In a December 15, 2014 letter to State Medicaid Directors, the Centers for Medicare and Medicaid Services (CMS) issued guidance regarding “free care”. This topic appears in a number of previous CMS guidance documents, including: “1997 Medicaid and School Health: A Technical Assistance Guide,” and “2003 Medicaid School-Based Administrative Claiming Guide.” The 12/15/14 letter provides clarification on “free care” in light of 2004 Departmental Appeals Board (DAB) Decision Number 1924.
NAME hopes to continue providing you information on this topic, as we reach out to our federal partners at CMS.
The American Public Health Association and its Center for School, Health and Education website highlights the role of school-based health services in helping to prevent school dropout and improve graduation rates. In another publication demonstrating the inextricable link between health and academic success, the Center for Society and Health at Virginia Commonwealth University argues the cost effectiveness of public investments to reduce debilitating chronic conditions, save tax dollars and boost economic productivity. And, in recognition that school dropout poses a major threat to public health, the Healthy People 2020 goals include an indicator related to educational achievement for the first time.
On November 12, 2014, the U.S. Department of Education’s Office for Civil Rights and Office of Special Education and Rehabilitative Services, together with the U.S. Department of Justice’s Civil Rights Division, issued joint guidance that explain that public elementary and secondary students with hearing, vision, or speech disabilities have civil rights to receive effective communication. The guidance is in the form of a letter to educators (available in Spanish) with an attached Frequently Asked Questions document, and is intended to help schools understand and comply with federal legal requirements on meeting the communication needs of students with disabilities. They also released a fact sheet on the guidance for parents (available in Spanish). Please share this information widely with your colleagues, affiliates, and networks.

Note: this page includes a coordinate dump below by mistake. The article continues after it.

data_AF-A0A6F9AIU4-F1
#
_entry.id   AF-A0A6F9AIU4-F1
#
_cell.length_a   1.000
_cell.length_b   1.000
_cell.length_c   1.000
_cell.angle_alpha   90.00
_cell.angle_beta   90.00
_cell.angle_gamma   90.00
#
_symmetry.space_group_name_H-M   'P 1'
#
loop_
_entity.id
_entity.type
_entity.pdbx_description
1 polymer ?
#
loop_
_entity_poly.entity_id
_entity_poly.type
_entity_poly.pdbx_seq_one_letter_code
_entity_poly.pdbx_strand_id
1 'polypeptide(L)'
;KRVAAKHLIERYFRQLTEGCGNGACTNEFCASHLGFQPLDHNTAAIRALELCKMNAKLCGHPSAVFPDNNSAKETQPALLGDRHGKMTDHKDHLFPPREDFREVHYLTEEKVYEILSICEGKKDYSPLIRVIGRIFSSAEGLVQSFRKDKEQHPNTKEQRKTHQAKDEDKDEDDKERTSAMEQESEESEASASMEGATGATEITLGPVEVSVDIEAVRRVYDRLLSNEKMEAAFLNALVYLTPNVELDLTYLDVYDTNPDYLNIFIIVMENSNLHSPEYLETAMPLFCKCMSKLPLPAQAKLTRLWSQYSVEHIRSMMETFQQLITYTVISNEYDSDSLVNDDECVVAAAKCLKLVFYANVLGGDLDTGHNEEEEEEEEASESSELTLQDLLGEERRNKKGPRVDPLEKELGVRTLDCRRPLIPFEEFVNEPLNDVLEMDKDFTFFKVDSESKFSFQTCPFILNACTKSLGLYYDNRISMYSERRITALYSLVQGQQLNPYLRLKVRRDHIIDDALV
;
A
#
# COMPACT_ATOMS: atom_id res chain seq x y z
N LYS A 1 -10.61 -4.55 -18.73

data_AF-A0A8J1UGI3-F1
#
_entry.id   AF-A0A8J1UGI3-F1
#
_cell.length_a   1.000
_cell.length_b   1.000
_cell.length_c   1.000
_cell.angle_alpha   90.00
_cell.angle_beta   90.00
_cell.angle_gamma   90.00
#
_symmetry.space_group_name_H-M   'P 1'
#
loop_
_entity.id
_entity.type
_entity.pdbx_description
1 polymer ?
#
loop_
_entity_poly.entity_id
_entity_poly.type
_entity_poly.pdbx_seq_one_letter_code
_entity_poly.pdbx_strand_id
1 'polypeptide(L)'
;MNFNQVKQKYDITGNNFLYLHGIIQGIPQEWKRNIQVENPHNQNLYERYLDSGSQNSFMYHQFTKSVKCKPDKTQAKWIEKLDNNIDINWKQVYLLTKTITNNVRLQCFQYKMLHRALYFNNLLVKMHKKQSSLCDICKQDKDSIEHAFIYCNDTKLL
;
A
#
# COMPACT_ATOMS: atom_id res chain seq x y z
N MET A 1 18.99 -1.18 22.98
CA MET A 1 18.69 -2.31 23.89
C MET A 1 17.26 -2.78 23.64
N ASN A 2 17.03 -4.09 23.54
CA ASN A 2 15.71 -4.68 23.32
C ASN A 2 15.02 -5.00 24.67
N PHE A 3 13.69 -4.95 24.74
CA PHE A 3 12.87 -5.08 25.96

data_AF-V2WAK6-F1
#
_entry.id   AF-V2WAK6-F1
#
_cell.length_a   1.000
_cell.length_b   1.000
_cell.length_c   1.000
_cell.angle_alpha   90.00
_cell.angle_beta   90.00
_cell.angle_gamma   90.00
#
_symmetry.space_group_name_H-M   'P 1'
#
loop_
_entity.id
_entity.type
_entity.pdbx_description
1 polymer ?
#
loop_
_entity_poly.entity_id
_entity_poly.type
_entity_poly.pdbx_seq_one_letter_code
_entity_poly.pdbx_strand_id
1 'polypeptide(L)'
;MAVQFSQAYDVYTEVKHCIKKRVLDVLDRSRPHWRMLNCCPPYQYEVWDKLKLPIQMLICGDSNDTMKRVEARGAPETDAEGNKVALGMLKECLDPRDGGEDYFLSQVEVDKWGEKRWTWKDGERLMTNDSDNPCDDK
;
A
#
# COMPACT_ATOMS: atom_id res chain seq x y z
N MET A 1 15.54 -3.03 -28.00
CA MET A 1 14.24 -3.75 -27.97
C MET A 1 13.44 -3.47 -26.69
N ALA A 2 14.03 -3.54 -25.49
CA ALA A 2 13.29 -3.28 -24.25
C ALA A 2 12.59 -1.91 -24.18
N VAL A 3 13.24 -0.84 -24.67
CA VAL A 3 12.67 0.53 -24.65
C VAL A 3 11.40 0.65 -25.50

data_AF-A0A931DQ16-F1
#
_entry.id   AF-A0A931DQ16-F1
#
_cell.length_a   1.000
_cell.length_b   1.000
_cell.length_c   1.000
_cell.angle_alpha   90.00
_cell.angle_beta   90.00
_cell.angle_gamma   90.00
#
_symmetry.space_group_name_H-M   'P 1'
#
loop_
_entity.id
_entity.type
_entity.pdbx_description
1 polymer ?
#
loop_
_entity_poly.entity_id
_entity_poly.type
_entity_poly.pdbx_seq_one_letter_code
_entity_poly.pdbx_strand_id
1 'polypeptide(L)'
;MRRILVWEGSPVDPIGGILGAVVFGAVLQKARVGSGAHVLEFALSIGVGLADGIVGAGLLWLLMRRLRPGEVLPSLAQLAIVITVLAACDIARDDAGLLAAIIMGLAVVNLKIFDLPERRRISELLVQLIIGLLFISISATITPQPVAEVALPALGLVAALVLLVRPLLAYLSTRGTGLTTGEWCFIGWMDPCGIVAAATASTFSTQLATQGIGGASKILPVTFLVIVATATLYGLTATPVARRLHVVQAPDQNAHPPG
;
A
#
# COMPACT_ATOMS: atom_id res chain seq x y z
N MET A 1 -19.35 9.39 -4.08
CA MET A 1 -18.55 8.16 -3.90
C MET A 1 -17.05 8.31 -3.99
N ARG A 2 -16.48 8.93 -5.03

One of the many ways that NAME provides leadership; promotes integrity, collaboration and success; and facilitates a network to share information is the national conference NAME holds every year.
In addition to a week-long opportunity to network with NAME members from across the country and attend informative sessions, NAME’s 2014 Conference in Niagara Falls, NY, demonstrated NAME’s ongoing dialogues with other national organizations. General sessions at this year’s conference included a panel discussion among representatives of related service provider national organizations AOTA (Occupational Therapy), APTA (Physical Therapy), ASHA (Speech and Language Pathologists/Audiologists, and NASN (School Nurses) and a ‘fireside chat’ featuring NAME’s new Executive Director and representatives of the National Association of State Directors of Special Education (NASDSE), the National Association of State Medicaid Directors (NASMD) and the Council of Administrators of Special Education (CASE).
In her weekly update to CASE members, Executive Director Luann Purcell emphasized the importance of partnerships and collaboration. She cited the NAME Conference as a good example and encouraged special educators to take advantage of resources that NAME offers, such as this year’s conference sessions on the growth of telepractice and its potential to help address the shortage of related service providers in some areas of the country. Watch NAME’s Member Only site for additional links to other national organizations that offer resources of interest to our membership.